State High Court Gives Tenants New Defense Against Eviction

Christopher Brine
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Attorney at Law

In a potential game-changing decision for tenants statewide, the Massachusetts Supreme Judicial Court recently confirmed that a landlord’s violation of security deposit law is a defense to eviction.

Previously, landlords argued that security deposit violations should not impact their ability to recover possession through eviction. Specifically, the argument was that security deposit violations were totally separate from a tenant’s obligation to pay rent, such that violations shouldn’t impact the eviction process. This argument has now been eliminated.

Massachusetts security deposit laws are very detailed. Among other things, the law requires that landlords:

  • At the time of receiving the deposit, provide the tenant with a signed receipt acknowledging receipt of the deposit, the amount of the deposit, and the name of person receiving the deposit;
  • Within 30 days of receiving the deposit, provide the tenant with a receipt stating the name and location of the bank the funds were deposited into; and
  • Annually pay the tenant the interest accrued on the security deposit funds.

In the case heard by the SJC, the tenant alleged that the landlord had violated each of these requirements. The Court held that such claims can be used a defense to eviction, and may prohibit the landlord from obtaining possession.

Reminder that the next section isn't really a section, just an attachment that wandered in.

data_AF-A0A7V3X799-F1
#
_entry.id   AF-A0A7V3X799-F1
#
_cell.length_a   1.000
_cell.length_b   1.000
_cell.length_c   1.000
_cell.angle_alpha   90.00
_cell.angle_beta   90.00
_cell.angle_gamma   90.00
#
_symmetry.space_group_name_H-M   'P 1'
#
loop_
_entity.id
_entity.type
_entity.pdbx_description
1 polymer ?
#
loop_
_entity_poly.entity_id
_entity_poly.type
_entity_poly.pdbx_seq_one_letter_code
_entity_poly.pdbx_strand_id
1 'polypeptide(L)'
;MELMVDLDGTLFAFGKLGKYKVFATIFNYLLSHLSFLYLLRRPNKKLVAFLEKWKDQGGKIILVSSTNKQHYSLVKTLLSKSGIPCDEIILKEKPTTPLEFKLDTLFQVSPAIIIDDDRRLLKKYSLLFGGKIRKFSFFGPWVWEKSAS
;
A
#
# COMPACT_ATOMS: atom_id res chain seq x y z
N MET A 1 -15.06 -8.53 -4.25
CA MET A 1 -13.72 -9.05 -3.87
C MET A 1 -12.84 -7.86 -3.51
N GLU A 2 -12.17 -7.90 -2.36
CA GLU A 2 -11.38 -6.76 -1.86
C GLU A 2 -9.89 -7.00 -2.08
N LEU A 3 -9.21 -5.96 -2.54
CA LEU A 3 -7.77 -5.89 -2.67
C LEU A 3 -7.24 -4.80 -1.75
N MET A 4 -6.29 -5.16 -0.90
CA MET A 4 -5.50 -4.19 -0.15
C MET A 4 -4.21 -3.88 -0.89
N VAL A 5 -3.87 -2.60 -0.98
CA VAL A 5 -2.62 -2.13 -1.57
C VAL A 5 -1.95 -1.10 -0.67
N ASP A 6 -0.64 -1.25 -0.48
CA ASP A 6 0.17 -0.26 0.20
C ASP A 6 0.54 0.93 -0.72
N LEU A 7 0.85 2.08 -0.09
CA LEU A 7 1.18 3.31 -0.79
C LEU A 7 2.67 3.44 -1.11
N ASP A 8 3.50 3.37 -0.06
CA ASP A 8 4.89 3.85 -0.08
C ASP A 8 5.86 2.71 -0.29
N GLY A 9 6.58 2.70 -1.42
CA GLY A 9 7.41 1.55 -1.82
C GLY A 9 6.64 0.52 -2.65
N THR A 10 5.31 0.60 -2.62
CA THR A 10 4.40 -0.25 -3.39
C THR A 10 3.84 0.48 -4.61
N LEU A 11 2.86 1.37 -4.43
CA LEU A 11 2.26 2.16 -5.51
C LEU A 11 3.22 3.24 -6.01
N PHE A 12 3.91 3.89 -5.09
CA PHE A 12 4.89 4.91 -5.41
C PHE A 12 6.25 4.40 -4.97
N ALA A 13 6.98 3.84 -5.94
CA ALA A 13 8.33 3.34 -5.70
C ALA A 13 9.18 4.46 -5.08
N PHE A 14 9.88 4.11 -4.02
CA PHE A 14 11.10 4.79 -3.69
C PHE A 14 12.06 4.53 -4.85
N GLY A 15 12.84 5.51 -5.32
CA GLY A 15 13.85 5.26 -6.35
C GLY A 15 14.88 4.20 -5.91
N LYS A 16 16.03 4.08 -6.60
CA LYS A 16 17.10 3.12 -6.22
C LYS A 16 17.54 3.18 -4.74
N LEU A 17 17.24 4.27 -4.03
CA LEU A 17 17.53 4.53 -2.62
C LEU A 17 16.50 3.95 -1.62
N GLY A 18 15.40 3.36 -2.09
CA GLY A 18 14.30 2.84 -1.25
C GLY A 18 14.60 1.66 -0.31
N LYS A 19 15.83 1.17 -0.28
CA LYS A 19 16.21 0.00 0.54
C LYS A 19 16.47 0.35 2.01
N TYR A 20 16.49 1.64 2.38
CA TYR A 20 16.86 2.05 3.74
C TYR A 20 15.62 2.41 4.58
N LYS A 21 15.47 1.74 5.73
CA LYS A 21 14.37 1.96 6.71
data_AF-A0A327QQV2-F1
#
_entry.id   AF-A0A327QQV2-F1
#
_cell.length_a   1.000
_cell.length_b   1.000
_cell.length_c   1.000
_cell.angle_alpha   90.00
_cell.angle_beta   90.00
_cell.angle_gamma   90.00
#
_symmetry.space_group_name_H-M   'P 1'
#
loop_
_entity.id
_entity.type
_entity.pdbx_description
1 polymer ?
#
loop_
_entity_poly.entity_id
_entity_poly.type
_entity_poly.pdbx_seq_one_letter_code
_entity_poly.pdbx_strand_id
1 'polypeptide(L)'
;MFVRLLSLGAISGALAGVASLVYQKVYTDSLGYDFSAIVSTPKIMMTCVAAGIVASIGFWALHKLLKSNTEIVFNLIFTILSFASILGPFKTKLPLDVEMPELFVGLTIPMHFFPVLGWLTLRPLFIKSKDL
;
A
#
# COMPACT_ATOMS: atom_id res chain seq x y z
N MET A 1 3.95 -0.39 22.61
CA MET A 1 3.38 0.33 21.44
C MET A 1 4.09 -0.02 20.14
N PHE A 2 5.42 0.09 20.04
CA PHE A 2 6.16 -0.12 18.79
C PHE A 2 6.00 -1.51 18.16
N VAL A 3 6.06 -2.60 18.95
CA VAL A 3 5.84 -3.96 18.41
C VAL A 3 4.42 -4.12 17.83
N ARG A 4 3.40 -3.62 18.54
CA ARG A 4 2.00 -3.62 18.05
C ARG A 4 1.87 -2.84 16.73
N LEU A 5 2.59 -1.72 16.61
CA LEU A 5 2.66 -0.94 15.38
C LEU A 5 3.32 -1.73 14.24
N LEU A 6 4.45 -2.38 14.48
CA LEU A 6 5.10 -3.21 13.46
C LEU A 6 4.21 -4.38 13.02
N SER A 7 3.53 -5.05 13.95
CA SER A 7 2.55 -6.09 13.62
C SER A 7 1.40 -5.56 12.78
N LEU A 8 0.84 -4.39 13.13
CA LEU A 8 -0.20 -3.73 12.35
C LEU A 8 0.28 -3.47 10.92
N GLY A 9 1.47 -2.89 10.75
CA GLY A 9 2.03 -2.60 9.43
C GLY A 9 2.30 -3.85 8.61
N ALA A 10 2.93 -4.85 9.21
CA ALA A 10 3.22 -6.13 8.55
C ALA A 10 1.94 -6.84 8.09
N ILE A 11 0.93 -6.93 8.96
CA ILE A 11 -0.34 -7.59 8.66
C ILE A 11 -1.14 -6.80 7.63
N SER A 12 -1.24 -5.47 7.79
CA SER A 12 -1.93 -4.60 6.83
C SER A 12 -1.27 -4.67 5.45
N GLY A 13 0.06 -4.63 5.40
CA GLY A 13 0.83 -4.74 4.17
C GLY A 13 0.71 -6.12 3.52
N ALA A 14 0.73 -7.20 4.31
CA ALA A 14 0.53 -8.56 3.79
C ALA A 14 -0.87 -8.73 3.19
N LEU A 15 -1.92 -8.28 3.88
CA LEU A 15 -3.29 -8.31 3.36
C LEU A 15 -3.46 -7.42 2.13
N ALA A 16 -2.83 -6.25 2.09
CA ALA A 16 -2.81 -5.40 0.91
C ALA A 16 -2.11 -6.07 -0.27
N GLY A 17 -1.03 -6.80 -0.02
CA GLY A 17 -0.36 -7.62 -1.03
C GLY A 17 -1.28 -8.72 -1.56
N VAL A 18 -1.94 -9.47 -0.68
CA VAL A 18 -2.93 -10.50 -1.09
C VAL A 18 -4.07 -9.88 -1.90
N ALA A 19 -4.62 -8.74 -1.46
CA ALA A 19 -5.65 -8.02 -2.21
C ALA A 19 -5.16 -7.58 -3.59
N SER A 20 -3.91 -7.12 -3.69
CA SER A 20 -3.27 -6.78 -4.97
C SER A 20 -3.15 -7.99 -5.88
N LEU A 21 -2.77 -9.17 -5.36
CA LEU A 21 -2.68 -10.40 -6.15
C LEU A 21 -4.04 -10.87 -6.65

In order to prohibit the landlord from obtaining possession, Massachusetts General Laws, Chapter 239, Section 8A states that: amount due to the tenant for the violation must exceed the amount owed by the tenant to the landlord; or, if the tenant still owes the landlord after the violations are deducted, then the tenant must pay this amount within one week.

Finally, in many cases, tenants can be represented by an attorney for no out-of-pocket cost. Massachusetts eviction law provides that if a lease would award attorney fees to a successful landlord, then a tenant may also recover attorney’s fees in a successful case. Also, the Massachusetts Consumer Protection Act provides for recovery of attorney’s fees, as well as the potential for triple damages, in successful cases.

If you are facing eviction, contact Brine Consumer Law today for a free consultation.

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